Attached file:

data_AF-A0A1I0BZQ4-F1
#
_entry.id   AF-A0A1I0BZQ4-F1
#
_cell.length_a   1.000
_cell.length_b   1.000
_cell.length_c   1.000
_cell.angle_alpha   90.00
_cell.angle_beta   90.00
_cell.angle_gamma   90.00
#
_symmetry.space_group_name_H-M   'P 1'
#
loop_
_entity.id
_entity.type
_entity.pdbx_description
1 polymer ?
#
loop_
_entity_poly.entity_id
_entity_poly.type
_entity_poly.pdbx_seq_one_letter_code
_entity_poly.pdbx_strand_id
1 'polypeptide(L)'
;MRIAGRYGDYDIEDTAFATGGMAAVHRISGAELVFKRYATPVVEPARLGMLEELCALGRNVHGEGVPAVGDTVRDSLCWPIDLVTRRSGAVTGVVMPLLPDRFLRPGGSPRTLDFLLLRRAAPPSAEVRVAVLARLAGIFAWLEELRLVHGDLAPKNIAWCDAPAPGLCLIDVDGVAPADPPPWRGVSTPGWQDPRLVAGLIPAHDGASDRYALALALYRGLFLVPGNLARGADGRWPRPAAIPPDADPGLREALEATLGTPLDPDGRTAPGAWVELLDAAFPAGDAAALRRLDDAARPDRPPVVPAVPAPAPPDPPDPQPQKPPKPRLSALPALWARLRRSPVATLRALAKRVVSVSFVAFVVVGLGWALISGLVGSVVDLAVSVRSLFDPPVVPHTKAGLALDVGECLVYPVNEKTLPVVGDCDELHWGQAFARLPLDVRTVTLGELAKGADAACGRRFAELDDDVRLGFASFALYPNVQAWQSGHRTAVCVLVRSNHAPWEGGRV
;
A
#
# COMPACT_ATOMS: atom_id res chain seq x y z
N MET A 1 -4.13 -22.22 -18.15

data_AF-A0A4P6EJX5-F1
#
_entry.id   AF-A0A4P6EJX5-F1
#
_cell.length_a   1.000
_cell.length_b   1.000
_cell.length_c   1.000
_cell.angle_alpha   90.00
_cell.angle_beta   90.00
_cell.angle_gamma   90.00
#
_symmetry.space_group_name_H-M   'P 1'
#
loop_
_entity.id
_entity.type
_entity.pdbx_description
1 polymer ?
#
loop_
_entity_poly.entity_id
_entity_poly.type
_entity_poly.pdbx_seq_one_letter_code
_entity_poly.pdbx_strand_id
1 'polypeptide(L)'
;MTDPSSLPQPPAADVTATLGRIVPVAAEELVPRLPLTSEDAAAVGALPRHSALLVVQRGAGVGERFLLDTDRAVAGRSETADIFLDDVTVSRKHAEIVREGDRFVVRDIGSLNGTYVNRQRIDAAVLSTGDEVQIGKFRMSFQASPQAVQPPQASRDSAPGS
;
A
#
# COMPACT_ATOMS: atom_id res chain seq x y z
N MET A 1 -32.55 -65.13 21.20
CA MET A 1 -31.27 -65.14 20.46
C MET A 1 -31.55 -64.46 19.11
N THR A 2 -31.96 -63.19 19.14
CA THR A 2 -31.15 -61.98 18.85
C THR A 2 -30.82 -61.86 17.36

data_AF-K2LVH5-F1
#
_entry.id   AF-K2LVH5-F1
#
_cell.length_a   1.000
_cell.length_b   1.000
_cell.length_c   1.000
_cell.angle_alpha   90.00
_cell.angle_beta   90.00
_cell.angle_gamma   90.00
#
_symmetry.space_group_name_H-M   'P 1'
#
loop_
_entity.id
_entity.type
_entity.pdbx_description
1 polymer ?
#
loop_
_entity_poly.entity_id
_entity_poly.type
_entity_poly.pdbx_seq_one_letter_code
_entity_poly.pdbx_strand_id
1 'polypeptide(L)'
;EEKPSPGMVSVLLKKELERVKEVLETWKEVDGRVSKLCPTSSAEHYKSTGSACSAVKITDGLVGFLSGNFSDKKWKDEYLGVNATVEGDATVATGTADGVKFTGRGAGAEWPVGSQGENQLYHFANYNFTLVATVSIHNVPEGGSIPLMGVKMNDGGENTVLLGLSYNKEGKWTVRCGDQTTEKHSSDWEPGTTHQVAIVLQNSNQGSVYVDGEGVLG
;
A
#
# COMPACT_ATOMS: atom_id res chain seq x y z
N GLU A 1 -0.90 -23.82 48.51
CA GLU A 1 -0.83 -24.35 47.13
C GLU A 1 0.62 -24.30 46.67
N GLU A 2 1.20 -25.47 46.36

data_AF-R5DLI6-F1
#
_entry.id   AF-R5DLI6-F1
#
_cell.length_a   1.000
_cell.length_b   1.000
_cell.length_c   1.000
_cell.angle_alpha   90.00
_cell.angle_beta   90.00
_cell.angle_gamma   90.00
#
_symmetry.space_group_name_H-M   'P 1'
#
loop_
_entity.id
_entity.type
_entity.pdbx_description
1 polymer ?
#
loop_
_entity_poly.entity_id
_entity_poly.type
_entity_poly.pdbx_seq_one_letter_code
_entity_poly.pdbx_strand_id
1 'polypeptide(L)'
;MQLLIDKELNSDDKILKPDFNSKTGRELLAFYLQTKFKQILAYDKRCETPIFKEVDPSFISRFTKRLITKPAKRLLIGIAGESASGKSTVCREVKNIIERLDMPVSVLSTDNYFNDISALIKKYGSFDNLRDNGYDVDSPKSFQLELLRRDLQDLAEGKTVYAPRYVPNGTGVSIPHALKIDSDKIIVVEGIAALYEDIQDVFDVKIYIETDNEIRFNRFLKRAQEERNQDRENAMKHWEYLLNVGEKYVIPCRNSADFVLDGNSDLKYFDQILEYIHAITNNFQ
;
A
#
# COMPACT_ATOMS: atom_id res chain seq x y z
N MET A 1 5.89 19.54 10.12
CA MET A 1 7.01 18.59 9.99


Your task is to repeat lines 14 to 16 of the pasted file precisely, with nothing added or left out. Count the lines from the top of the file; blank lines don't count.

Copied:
loop_
_entity.id
_entity.type